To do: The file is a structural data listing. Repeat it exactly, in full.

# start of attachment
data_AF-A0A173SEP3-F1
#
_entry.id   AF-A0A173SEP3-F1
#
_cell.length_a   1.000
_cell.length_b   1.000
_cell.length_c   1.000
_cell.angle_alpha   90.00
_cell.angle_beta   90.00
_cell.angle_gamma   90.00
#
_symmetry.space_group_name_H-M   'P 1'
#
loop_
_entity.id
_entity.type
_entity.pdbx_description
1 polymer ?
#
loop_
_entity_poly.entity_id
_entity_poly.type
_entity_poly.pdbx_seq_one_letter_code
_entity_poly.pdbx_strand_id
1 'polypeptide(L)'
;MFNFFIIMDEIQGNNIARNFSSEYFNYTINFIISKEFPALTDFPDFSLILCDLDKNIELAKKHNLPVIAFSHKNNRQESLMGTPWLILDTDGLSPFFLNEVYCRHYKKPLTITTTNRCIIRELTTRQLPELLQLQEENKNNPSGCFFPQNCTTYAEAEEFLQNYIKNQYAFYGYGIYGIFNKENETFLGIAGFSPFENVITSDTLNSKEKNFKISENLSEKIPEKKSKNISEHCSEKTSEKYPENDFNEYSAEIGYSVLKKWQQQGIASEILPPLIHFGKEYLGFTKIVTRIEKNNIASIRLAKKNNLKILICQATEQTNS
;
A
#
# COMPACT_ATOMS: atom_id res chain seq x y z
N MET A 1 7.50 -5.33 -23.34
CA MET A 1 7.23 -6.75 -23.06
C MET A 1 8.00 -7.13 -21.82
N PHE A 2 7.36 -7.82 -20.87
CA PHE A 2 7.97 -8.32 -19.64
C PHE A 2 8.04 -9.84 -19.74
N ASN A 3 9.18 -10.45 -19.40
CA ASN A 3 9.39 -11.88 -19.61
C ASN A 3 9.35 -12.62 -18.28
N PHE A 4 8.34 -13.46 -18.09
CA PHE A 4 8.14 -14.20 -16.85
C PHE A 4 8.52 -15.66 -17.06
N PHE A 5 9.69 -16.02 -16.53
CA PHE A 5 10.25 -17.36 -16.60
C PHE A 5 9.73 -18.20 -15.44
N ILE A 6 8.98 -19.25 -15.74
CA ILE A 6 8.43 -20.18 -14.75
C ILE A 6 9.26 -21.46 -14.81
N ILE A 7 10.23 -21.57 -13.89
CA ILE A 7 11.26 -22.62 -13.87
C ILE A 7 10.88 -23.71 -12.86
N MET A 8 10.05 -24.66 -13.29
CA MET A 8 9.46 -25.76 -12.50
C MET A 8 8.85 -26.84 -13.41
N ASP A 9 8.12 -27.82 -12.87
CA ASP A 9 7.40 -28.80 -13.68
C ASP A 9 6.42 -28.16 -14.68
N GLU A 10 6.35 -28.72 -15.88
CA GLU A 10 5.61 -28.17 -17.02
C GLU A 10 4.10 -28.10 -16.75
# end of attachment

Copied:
data_AF-A0A173SEP3-F1
#
_entry.id   AF-A0A173SEP3-F1
#
_cell.length_a   1.000
_cell.length_b   1.000
_cell.length_c   1.000
_cell.angle_alpha   90.00
_cell.angle_beta   90.00
_cell.angle_gamma   90.00
#
_symmetry.space_group_name_H-M   'P 1'
#
loop_
_entity.id
_entity.type
_entity.pdbx_description
1 polymer ?
#
loop_
_entity_poly.entity_id
_entity_poly.type
_entity_poly.pdbx_seq_one_letter_code
_entity_poly.pdbx_strand_id
1 'polypeptide(L)'
;MFNFFIIMDEIQGNNIARNFSSEYFNYTINFIISKEFPALTDFPDFSLILCDLDKNIELAKKHNLPVIAFSHKNNRQESLMGTPWLILDTDGLSPFFLNEVYCRHYKKPLTITTTNRCIIRELTTRQLPELLQLQEENKNNPSGCFFPQNCTTYAEAEEFLQNYIKNQYAFYGYGIYGIFNKENETFLGIAGFSPFENVITSDTLNSKEKNFKISENLSEKIPEKKSKNISEHCSEKTSEKYPENDFNEYSAEIGYSVLKKWQQQGIASEILPPLIHFGKEYLGFTKIVTRIEKNNIASIRLAKKNNLKILICQATEQTNS
;
A
#
# COMPACT_ATOMS: atom_id res chain seq x y z
N MET A 1 7.50 -5.33 -23.34
CA MET A 1 7.23 -6.75 -23.06
C MET A 1 8.00 -7.13 -21.82
N PHE A 2 7.36 -7.82 -20.87
CA PHE A 2 7.97 -8.32 -19.64
C PHE A 2 8.04 -9.84 -19.74
N ASN A 3 9.18 -10.45 -19.40
CA ASN A 3 9.39 -11.88 -19.61
C ASN A 3 9.35 -12.62 -18.28
N PHE A 4 8.34 -13.46 -18.09
CA PHE A 4 8.14 -14.20 -16.85
C PHE A 4 8.52 -15.66 -17.06
N PHE A 5 9.69 -16.02 -16.53
CA PHE A 5 10.25 -17.36 -16.60
C PHE A 5 9.73 -18.20 -15.44
N ILE A 6 8.98 -19.25 -15.74
CA ILE A 6 8.43 -20.18 -14.75
C ILE A 6 9.26 -21.46 -14.81
N ILE A 7 10.23 -21.57 -13.89
CA ILE A 7 11.26 -22.62 -13.87
C ILE A 7 10.88 -23.71 -12.86
N MET A 8 10.05 -24.66 -13.29
CA MET A 8 9.46 -25.76 -12.50
C MET A 8 8.85 -26.84 -13.41
N ASP A 9 8.12 -27.82 -12.87
CA ASP A 9 7.40 -28.80 -13.68
C ASP A 9 6.42 -28.16 -14.68
N GLU A 10 6.35 -28.72 -15.88
CA GLU A 10 5.61 -28.17 -17.02
C GLU A 10 4.10 -28.10 -16.75